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Article: SOA in Healthcare

by Thomas Bandholtz on Mar 10, 2008 |

In a new InfoQ article about SOA in Healthcare, the authors go beyond the average use case description for several reasons.

First of all, the four authors from Intel are writing with real people in mind (patients, nurses, doctors, etc.) who are “sharing data across a community”. Going through the daily processes of a clinic by examples results in an observation that many readers may have eye witnessed themselves: “The nurse is providing the interoperability” – so: is it SOA for the nurses?

The status quo in health care systems is a little more complex than just another legacy data integration spaghetti. First obvious difference from the common customer-order-billing story: in healthcare it is a common situation that not the “customer” pays for the treatment but a third party (insurance). So is it something like a car dealer’s garage business? In some part yes. However, unlike most businesses healthcare is exceptionally regulated and cross-organizational: “A healthcare information network (HIN) is a collaboration among the government, hospitals, specialty labs and pharmacies, as well as insurance agencies (payers)”.

As participants come from rather different domains, solutions need to standardize standards, namely the varied interpretation of (sectoral) agreements (here: Health Level 7 in the US). As the basis of any succesful cooperation a “canonical data representation of the SOA core business service” will have to unite loose coupling with semantic interoperability. This includes medical vocabulary translation and unifying various extensions of patients’ electronic medical records (EMR).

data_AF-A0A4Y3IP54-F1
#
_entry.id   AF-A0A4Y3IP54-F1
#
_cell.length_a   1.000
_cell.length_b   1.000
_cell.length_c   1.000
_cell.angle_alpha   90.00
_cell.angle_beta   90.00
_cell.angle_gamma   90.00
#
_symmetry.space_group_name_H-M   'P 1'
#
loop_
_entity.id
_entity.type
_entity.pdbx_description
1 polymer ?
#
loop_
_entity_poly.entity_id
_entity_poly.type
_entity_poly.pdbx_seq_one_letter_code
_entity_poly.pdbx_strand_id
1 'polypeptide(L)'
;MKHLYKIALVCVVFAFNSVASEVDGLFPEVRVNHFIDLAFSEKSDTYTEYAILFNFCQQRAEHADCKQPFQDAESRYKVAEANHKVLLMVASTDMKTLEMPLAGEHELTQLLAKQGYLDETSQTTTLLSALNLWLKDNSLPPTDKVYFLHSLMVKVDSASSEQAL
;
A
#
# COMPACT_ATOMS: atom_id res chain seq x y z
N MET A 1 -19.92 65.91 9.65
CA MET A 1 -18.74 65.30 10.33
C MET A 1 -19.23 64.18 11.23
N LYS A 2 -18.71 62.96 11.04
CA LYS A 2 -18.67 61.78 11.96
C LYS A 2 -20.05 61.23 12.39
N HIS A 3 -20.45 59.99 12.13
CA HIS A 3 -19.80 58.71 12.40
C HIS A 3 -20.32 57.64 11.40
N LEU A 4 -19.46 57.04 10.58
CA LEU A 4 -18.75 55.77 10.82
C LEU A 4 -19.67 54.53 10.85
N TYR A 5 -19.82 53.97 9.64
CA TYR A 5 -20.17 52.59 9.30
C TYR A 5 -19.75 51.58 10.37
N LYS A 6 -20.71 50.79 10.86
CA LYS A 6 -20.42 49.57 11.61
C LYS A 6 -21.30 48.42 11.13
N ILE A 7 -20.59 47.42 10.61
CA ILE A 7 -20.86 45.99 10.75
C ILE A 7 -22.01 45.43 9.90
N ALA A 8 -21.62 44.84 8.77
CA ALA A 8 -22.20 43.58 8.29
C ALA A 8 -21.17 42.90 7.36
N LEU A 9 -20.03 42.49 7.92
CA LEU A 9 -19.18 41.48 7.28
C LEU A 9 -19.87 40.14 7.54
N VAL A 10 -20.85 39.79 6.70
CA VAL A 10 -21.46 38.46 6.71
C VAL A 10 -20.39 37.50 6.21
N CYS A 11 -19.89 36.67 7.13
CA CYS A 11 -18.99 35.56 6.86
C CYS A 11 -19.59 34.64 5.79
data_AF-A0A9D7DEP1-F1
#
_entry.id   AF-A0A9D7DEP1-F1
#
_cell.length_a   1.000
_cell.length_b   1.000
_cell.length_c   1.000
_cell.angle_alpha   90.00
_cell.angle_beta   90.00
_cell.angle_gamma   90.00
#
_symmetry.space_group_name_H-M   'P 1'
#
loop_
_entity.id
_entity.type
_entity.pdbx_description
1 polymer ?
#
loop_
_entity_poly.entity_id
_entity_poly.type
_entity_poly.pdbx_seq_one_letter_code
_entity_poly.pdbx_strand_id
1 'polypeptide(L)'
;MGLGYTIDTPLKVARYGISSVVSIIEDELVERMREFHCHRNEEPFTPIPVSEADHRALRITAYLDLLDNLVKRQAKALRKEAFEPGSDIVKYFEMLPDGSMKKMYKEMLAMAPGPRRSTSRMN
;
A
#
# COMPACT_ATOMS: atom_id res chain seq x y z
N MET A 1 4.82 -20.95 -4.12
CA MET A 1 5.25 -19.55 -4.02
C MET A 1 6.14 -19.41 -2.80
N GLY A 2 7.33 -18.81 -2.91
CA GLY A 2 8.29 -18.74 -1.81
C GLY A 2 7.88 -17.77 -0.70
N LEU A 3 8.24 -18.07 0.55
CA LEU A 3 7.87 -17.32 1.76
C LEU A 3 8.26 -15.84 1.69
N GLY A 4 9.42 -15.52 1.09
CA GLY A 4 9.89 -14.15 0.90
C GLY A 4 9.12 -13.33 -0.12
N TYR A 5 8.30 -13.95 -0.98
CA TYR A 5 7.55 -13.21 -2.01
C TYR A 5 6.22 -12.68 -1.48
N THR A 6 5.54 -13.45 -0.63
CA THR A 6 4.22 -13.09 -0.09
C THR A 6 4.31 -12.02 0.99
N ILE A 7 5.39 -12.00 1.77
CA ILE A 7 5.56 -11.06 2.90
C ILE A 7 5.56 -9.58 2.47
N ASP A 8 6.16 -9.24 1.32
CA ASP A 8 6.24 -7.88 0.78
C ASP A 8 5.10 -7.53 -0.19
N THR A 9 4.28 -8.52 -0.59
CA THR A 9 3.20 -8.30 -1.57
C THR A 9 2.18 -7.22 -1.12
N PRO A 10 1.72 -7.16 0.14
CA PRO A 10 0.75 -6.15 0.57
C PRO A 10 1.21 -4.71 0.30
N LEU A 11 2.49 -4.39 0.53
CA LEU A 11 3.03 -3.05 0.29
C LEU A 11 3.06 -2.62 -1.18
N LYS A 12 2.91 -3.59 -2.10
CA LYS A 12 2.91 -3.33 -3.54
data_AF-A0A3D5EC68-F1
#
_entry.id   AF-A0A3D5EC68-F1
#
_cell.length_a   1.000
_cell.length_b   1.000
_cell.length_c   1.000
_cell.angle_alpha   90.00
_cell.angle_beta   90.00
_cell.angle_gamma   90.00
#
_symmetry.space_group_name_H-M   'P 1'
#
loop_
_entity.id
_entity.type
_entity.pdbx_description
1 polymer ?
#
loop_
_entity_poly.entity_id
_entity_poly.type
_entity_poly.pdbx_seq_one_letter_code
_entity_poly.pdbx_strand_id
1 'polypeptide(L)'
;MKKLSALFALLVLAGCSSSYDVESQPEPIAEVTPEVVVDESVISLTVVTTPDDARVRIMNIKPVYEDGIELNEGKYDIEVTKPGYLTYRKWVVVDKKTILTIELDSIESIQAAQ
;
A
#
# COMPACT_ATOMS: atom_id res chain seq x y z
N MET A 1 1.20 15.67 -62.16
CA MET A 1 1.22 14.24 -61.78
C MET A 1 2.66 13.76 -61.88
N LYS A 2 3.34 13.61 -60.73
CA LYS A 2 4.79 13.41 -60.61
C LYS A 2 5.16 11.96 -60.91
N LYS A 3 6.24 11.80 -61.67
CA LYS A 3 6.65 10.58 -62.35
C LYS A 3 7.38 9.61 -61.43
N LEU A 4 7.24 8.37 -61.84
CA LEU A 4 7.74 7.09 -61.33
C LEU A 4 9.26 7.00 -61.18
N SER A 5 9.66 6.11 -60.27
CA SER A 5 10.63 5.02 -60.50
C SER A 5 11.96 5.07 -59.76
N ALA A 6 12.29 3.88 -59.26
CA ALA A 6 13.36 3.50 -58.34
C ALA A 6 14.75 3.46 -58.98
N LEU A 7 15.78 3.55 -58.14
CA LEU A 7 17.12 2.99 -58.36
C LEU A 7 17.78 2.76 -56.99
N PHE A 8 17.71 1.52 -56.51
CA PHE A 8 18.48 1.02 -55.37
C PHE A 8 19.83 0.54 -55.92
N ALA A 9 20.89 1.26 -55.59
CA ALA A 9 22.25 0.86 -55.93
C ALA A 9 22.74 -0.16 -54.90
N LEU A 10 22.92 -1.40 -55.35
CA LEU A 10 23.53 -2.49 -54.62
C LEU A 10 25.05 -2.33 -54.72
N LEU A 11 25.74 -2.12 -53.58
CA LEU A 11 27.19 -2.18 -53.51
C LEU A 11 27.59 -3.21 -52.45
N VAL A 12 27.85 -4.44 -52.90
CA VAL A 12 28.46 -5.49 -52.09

All this makes evident that “establishing a HIN of scale using point-to-point integration architectures is not viable from a cost standpoint”. This is also known from different application areas, but in this case the proposed bus architecture goes beyond the enterprise scale. The “Health Information Exchange Bus” comes along with an outsourced, hosted utility model that provides integration services for inhomogeneous participants. Each of them can establish orchestrated workflows across the network.

The article is an excerpt from their book Service Oriented Architecture Demystified, which is supposed to go into more detail and beyond the healthcare use case. For example, the article does not discuss the Key Organizational Shifts of a HIN, where interoperability is no longer provided by the nurses. It only adumbrates the Service Portfolio Planning Process of cross-organizational stakeholders. 

The article is a pleasure to read by itself: it is all about people and their scattered semantics and about how they can benefit from a SOA that opens organizational blinkers. And finally somehow it is also about healthcare demystified. Take a printout to your doctor’s waiting room next time!

Check out the full article here.

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